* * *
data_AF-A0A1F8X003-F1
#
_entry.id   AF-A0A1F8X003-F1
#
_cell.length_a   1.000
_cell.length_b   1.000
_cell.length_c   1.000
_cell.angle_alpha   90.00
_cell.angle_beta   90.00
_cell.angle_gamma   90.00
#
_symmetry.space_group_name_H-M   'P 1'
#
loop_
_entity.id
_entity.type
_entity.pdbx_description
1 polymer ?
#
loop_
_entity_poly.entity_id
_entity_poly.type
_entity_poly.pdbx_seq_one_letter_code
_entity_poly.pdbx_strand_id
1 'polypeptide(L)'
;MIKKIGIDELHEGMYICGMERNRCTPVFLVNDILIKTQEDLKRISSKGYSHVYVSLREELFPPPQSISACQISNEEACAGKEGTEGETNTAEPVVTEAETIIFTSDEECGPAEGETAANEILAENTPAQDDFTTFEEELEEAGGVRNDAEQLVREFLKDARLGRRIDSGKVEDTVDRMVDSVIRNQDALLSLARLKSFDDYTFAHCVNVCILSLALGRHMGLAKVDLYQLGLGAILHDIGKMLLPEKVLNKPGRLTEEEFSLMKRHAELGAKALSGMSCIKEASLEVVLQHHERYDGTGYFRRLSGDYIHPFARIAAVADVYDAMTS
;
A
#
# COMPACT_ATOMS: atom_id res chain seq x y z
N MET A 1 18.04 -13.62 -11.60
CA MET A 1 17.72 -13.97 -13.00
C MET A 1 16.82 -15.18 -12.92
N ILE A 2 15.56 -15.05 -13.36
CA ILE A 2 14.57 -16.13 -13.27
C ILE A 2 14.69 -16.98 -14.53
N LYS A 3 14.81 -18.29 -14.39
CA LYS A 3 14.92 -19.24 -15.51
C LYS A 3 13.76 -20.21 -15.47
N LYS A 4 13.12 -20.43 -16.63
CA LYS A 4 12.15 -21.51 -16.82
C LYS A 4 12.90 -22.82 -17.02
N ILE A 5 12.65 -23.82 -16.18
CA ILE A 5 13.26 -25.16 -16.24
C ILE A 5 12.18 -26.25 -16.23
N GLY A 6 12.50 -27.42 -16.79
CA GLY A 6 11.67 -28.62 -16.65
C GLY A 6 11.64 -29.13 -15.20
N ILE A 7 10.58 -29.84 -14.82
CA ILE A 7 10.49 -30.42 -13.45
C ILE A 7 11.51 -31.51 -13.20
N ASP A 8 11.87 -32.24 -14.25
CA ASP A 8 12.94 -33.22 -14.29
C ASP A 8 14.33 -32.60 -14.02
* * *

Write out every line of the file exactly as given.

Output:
data_AF-A0A1F8X003-F1
#
_entry.id   AF-A0A1F8X003-F1
#
_cell.length_a   1.000
_cell.length_b   1.000
_cell.length_c   1.000
_cell.angle_alpha   90.00
_cell.angle_beta   90.00
_cell.angle_gamma   90.00
#
_symmetry.space_group_name_H-M   'P 1'
#
loop_
_entity.id
_entity.type
_entity.pdbx_description
1 polymer ?
#
loop_
_entity_poly.entity_id
_entity_poly.type
_entity_poly.pdbx_seq_one_letter_code
_entity_poly.pdbx_strand_id
1 'polypeptide(L)'
;MIKKIGIDELHEGMYICGMERNRCTPVFLVNDILIKTQEDLKRISSKGYSHVYVSLREELFPPPQSISACQISNEEACAGKEGTEGETNTAEPVVTEAETIIFTSDEECGPAEGETAANEILAENTPAQDDFTTFEEELEEAGGVRNDAEQLVREFLKDARLGRRIDSGKVEDTVDRMVDSVIRNQDALLSLARLKSFDDYTFAHCVNVCILSLALGRHMGLAKVDLYQLGLGAILHDIGKMLLPEKVLNKPGRLTEEEFSLMKRHAELGAKALSGMSCIKEASLEVVLQHHERYDGTGYFRRLSGDYIHPFARIAAVADVYDAMTS
;
A
#
# COMPACT_ATOMS: atom_id res chain seq x y z
N MET A 1 18.04 -13.62 -11.60
CA MET A 1 17.72 -13.97 -13.00
C MET A 1 16.82 -15.18 -12.92
N ILE A 2 15.56 -15.05 -13.36
CA ILE A 2 14.57 -16.13 -13.27
C ILE A 2 14.69 -16.98 -14.53
N LYS A 3 14.81 -18.29 -14.39
CA LYS A 3 14.92 -19.24 -15.51
C LYS A 3 13.76 -20.21 -15.47
N LYS A 4 13.12 -20.43 -16.63
CA LYS A 4 12.15 -21.51 -16.82
C LYS A 4 12.90 -22.82 -17.02
N ILE A 5 12.65 -23.82 -16.18
CA ILE A 5 13.26 -25.16 -16.24
C ILE A 5 12.18 -26.25 -16.23
N GLY A 6 12.50 -27.42 -16.79
CA GLY A 6 11.67 -28.62 -16.65
C GLY A 6 11.64 -29.13 -15.20
N ILE A 7 10.58 -29.84 -14.82
CA ILE A 7 10.49 -30.42 -13.45
C ILE A 7 11.51 -31.51 -13.20
N ASP A 8 11.87 -32.24 -14.25
CA ASP A 8 12.94 -33.22 -14.29
C ASP A 8 14.33 -32.60 -14.02